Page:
Building the Chicago Police State: A Review of Occupied Territory

By Davarian L. Baldwin Balto, Simon. Occupied Territory: Policing Black Chicago from Red Summer to Black Power. Chapel Hill, NC: University of North Carolina Press, 2019. By 2015, Chicago had become a symbol of the broken relationship between Black communities and the law enforcement apparatus. Outrage over the massive police cover-up of Laquan McDonald’s killing […]

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Neglected Gems: Soft City

By Richard Harris Raban, Jonathan. Soft City. New York: E.P.Dutton, 1974. Let me fess up: I’m cheating. Apart from the fact that this was written half a century ago, Soft City isn’t a neglected item of urban historical writing. It was one of the two books that made me into a student of cities. The other […]

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Stories from Below: A Review of “Down and Out in Saigon”

By Ziqi Wu Cherry, Haydon. Down and Out in Saigon: Stories of the Poor in a Colonial City. New Haven: Yale University Press, 2019. Saigon, now Ho Chi Minh City, was once considered an exotic French colonial city, “The Pearl of the Far East.” From the 1860s to the mid-twentieth century, official records reflect the […]

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Neglected Gems: Chicago Made

By Richard Harris Robert Lewis. 2008. Chicago Made. Factory Networks in the Industrial Metropolis. Chicago: University of Chicago Press. Many fine works are neglected because they treat a subject that is important but unfashionable. Chicago Made falls squarely into that category. Now not all of the overlap between urban and business historians has been neglected. […]

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Stymieing the People: A Review of Design for the Crowd: Patriotism and Protest in Union Square

By Thai Jones Merwood-Salisbury, Joanna. Design for the Crowd: Patriotism and Protest in Union Square. Chicago: University of Chicago Press, 2019. Union Square today displays an extraordinary mania for subdivision. Its ten acres have been hardscaped by fencing and concrete into a multitude of distinct levels and impermeable zones. On the surface, these choices appear […]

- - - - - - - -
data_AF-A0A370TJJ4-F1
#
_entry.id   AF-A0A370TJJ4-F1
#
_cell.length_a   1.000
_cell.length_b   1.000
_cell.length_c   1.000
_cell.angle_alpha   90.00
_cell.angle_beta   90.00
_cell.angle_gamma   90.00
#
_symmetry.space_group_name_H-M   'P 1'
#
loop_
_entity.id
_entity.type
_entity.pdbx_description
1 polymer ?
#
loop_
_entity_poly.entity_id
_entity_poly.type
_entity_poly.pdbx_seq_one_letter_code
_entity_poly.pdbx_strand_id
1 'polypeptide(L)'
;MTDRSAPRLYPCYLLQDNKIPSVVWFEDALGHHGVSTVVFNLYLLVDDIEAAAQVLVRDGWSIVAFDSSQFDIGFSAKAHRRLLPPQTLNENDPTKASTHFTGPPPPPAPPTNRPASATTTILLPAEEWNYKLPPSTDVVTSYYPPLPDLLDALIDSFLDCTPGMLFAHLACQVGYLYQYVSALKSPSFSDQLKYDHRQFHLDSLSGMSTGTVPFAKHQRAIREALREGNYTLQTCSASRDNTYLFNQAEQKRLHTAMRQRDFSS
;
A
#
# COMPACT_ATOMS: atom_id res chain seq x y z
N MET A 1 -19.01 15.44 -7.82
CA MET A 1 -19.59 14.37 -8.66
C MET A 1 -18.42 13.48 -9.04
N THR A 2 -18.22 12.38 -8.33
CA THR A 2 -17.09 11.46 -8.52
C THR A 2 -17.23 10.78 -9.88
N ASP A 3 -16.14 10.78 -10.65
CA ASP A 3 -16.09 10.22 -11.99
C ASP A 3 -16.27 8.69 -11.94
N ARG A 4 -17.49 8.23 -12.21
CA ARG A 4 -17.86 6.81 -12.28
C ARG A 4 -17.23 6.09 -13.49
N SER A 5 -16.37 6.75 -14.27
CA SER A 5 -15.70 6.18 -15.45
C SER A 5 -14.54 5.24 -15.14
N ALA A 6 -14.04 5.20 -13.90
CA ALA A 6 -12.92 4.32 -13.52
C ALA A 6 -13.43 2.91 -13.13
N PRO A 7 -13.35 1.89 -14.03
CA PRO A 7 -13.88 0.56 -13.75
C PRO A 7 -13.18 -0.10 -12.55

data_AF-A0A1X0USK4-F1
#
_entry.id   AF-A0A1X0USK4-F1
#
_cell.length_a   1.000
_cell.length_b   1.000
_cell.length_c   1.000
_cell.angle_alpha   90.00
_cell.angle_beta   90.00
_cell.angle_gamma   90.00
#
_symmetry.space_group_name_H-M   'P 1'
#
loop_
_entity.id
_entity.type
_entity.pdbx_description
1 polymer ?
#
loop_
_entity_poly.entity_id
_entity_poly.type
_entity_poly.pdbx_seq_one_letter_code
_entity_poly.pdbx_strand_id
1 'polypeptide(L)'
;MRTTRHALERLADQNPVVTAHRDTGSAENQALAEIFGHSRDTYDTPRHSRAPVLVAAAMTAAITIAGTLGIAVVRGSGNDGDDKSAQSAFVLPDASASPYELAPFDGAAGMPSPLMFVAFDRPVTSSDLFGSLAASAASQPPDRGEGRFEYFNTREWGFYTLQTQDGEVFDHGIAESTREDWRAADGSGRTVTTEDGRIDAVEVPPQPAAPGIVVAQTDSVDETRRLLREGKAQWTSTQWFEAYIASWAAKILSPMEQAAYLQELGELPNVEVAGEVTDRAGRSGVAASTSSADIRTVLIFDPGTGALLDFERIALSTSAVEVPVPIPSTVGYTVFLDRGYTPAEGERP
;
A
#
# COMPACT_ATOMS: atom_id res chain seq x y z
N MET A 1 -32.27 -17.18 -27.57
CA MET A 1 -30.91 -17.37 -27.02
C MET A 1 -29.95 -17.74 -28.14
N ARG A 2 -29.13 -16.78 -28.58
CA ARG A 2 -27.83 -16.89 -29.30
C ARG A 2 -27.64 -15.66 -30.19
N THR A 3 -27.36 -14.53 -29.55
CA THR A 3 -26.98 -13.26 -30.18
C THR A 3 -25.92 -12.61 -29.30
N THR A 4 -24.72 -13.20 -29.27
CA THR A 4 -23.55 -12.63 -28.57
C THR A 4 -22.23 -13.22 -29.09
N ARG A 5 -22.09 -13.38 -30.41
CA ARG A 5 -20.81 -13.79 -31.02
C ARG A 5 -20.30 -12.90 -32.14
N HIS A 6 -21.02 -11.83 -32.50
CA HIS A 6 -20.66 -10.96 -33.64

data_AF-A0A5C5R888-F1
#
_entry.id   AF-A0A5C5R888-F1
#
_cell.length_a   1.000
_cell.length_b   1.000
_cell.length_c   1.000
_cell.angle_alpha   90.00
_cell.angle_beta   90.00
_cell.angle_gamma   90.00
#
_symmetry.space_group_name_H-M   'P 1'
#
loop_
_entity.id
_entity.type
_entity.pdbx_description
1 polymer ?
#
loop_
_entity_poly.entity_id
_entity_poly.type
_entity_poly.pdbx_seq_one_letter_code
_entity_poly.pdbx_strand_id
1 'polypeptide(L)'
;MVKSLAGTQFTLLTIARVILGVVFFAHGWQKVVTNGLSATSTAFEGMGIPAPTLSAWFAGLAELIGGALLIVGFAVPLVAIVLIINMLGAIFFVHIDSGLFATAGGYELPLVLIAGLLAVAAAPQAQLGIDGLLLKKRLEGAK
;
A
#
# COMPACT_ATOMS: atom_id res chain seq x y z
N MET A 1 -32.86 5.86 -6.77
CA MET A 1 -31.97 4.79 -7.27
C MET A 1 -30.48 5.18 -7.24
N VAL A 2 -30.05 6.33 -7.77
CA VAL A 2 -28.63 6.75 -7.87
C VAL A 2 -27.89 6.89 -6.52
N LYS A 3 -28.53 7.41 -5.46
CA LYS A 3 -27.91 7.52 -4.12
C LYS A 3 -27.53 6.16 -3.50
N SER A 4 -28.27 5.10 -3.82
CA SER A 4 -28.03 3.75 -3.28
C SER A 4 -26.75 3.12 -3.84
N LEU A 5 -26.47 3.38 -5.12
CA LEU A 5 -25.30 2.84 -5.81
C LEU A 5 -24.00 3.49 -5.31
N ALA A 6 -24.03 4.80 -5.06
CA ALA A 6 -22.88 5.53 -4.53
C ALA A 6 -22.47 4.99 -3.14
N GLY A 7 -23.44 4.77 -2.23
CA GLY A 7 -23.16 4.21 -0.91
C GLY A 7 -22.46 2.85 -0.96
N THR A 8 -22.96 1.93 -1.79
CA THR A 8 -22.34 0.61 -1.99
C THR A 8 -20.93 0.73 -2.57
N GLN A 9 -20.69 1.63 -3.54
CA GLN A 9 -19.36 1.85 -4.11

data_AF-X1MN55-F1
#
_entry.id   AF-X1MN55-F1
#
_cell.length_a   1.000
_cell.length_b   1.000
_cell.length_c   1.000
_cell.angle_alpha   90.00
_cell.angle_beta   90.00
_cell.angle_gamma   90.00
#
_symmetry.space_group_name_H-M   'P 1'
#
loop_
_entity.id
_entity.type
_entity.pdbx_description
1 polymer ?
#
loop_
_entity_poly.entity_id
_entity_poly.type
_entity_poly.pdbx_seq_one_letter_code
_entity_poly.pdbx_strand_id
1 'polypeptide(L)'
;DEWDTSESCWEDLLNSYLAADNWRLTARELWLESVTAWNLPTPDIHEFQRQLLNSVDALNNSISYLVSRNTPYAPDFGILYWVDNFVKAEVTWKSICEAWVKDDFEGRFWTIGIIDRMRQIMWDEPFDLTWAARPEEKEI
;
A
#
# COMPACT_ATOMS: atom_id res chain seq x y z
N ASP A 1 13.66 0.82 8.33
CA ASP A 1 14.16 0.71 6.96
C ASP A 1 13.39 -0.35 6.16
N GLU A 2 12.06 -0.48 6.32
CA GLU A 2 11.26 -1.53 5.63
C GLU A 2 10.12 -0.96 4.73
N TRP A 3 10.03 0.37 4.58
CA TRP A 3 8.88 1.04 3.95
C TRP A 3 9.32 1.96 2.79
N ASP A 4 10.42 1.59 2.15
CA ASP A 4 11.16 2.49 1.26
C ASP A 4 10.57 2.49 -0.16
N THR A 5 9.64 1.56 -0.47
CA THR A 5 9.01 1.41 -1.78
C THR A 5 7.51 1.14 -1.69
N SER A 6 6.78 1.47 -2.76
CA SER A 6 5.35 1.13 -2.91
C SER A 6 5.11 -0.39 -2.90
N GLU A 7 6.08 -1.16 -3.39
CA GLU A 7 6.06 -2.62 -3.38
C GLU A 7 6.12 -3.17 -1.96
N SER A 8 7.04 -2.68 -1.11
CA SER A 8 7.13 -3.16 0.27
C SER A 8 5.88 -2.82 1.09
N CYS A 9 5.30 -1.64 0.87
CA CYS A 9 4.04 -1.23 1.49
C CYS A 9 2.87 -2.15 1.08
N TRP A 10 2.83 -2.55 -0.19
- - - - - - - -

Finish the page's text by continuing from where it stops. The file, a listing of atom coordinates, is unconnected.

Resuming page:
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Plagued Administrative State?: A Review of Florence Under Siege

John Henderson. Florence Under Siege: Surviving Plague in an Early Modern City. New Haven, CT: Yale University Press, 2019. By Bob Carey If it seems strange for Americans to find themselves sitting indoors waiting for COVID-19 to pass so they can return to the bargaining and trucking of everyday life, then for Italians it would […]

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Campaigning for Segregation: A Review of Threatening Property: Race, Class and Campaigns to Legislate Jim Crow Neighborhoods

Herbin-Triant, Elizabeth A. Threatening Property: Race, Class, and Campaigns to Legislate Jim Crow Neighborhoods. New York: Columbia University Press, 2019. By Paige Glotzer When such an enormous percentage of urban history grapples with the legacies of housing discrimination in the United States, it can be easy to overlook the efforts to segregate that did not […]

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Finding Religion in the City: A Review of Mark Wild’s Renewal: Liberal Protestants in the American City after World War II

Mark Wild. Renewal: Liberal Protestants and the American City after World War II. Chicago: University of Chicago Press, 2019. Review by Bob Carey Renewal: Liberal Protestants and the American City after World War II is a well written study of how liberal Protestants (liberal, white male Protestants, it is important to note) tried to establish […]

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Neglected Gems: Wrigley’s ‘Simple Model’

By Richard Harris Edward A. Wrigley. 1967. A simple model of London’s importance in changing English society and economy 1650-1750. Past and Present 37,1: 44-70. We all get bogged down in the weeds, figuring out who did what and when, and with what effect. Solidly grounded but wonderfully ambitious in scope, Tony Wrigley’s ‘simple model’ […]

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